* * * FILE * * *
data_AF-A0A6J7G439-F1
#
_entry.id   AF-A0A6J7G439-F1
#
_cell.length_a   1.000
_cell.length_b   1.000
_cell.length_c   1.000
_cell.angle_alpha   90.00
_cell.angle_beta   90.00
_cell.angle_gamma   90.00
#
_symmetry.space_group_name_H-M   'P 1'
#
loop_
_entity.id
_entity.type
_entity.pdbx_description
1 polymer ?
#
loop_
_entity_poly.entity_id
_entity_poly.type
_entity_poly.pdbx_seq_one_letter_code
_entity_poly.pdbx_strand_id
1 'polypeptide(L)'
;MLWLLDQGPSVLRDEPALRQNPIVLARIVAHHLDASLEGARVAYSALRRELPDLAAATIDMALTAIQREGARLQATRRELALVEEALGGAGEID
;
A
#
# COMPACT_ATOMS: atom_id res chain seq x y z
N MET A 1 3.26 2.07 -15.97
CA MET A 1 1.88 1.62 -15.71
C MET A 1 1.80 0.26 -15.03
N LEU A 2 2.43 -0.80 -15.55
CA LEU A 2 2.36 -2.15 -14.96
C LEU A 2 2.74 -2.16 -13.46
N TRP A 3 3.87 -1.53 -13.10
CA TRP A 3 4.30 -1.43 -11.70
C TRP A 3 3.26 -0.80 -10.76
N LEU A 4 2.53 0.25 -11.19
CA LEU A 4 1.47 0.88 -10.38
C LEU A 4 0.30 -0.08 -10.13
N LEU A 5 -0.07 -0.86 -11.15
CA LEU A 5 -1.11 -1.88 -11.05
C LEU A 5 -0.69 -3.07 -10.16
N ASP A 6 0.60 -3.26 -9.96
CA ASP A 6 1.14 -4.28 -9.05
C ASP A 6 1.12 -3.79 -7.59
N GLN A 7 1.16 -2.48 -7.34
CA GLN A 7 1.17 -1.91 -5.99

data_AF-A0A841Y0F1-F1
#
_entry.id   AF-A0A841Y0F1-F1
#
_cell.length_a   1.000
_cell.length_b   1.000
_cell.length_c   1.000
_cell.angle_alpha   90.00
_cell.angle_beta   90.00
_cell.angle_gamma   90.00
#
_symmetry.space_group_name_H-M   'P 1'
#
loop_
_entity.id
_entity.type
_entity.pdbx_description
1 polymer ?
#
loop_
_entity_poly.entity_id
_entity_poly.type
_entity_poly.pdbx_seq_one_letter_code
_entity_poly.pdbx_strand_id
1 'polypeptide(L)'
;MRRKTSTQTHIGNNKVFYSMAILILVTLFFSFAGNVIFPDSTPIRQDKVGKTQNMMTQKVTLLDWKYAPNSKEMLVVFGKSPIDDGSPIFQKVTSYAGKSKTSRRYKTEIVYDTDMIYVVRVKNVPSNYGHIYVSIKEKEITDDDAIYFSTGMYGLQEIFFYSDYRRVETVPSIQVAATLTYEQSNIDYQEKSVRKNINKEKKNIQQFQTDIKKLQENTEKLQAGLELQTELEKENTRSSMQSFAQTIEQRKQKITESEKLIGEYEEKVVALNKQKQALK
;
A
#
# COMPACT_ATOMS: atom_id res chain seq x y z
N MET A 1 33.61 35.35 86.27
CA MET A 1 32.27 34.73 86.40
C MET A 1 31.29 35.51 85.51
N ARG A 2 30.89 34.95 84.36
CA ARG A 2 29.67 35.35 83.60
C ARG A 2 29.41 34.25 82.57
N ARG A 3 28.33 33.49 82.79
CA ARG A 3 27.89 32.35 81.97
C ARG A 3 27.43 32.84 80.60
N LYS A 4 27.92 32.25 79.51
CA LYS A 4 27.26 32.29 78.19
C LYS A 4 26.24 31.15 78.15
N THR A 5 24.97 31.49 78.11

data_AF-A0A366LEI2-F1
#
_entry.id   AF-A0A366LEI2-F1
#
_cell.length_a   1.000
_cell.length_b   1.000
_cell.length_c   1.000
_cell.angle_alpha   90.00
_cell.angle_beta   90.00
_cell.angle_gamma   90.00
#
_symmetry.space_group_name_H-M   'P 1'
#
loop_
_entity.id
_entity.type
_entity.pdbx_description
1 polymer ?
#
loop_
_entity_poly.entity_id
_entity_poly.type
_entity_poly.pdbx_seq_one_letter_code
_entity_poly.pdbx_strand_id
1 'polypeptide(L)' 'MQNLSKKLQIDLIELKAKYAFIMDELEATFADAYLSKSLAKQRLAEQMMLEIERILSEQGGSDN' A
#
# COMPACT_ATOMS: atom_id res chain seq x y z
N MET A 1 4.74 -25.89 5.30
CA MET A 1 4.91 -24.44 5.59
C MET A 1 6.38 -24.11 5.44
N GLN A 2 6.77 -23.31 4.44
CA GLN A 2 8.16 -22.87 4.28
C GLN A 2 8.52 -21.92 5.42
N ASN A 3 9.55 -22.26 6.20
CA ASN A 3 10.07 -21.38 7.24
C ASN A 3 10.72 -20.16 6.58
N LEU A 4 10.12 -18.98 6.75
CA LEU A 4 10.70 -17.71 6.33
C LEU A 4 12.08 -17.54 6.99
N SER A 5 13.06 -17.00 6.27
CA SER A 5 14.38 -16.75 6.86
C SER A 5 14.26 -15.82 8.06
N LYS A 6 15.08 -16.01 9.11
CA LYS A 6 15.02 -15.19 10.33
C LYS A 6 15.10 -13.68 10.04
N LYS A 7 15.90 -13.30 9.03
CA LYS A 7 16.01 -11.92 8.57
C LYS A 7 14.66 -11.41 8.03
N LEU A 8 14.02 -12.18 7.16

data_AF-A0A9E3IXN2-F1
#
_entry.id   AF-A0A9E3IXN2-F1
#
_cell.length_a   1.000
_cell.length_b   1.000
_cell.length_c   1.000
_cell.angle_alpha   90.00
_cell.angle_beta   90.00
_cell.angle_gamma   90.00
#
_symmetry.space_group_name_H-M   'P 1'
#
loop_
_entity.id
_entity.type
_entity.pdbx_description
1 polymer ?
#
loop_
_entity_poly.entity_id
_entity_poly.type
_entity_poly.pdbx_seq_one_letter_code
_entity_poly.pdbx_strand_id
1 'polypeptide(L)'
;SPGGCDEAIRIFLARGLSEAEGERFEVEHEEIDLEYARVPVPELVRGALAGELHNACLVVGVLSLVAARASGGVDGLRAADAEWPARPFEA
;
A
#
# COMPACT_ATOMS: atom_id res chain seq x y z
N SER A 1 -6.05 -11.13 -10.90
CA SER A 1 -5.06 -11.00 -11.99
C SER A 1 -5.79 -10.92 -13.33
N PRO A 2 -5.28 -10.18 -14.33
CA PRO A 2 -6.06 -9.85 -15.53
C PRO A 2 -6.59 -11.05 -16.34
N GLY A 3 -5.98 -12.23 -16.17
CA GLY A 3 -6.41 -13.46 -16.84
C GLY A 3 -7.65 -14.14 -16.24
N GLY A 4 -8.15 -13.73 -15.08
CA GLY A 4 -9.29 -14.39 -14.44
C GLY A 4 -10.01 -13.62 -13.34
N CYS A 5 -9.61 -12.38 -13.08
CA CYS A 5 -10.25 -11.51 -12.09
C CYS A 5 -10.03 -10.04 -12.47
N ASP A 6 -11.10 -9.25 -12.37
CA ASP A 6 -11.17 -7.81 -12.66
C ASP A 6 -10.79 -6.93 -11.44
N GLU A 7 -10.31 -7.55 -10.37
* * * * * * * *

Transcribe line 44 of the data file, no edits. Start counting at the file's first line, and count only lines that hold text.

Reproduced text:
CA LEU A 5 -1.11 -1.88 -11.05